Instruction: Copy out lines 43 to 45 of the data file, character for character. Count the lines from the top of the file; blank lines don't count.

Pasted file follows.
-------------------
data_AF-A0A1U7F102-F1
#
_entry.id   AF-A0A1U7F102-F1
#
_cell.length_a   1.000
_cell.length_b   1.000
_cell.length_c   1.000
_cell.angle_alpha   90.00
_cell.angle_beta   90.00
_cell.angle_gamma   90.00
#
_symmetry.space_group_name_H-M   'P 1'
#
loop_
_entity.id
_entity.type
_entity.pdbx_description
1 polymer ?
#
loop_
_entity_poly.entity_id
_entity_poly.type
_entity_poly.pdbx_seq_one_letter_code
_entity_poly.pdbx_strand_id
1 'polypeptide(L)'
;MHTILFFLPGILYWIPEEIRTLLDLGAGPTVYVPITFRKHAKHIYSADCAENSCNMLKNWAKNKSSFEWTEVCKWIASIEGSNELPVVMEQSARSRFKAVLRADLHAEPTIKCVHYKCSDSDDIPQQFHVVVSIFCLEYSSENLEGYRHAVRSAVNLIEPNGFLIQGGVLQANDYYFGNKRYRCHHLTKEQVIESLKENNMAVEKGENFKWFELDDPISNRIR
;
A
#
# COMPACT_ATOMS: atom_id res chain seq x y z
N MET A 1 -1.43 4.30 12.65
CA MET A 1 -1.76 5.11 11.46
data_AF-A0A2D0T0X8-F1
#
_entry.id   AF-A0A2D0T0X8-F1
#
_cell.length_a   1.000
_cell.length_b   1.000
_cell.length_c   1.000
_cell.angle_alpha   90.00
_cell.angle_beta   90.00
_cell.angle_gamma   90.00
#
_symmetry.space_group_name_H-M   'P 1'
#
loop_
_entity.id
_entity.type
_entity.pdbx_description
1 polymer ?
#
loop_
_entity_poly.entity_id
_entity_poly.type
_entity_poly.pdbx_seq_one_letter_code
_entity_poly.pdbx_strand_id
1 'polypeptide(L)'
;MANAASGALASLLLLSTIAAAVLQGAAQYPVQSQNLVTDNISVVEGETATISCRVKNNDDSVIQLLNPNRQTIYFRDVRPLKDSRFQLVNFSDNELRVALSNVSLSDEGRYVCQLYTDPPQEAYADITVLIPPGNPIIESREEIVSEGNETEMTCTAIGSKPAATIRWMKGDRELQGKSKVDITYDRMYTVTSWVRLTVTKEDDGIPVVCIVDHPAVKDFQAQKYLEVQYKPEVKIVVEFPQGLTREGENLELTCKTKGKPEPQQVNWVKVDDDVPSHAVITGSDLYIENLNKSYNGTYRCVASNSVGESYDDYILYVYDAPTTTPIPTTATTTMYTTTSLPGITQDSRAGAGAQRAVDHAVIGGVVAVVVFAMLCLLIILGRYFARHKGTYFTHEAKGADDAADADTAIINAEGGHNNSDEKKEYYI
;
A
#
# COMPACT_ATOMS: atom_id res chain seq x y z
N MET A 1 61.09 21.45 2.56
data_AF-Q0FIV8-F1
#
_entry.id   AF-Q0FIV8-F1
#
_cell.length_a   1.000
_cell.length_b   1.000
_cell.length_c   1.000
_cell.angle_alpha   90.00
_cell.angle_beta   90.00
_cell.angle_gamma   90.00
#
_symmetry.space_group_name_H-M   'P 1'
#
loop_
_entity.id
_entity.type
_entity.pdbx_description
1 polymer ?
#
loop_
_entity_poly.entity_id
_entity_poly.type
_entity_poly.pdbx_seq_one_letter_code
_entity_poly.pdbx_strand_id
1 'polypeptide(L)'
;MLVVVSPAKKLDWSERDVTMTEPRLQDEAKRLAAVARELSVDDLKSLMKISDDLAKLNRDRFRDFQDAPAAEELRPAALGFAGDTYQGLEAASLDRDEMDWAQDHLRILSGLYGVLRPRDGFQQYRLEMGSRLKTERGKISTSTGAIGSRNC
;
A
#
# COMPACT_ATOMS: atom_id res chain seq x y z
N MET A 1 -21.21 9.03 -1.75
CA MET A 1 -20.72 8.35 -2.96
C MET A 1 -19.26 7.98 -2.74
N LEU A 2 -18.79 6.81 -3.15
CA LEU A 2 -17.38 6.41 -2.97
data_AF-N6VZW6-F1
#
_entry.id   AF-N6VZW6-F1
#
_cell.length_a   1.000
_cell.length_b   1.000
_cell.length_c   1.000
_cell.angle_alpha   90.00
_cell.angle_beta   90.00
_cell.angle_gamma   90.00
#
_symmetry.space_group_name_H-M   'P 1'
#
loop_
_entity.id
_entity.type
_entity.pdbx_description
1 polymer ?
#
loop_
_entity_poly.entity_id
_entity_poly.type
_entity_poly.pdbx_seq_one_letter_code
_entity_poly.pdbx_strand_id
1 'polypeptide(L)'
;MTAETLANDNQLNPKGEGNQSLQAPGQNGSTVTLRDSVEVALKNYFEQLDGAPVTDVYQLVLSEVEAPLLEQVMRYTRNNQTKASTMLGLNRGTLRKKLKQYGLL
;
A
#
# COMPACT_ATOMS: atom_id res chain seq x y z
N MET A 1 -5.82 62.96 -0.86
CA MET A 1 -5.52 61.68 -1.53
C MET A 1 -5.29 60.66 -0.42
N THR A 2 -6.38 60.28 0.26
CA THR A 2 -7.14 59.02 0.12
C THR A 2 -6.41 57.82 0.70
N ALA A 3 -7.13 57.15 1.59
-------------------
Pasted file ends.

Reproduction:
#
_symmetry.space_group_name_H-M   'P 1'
#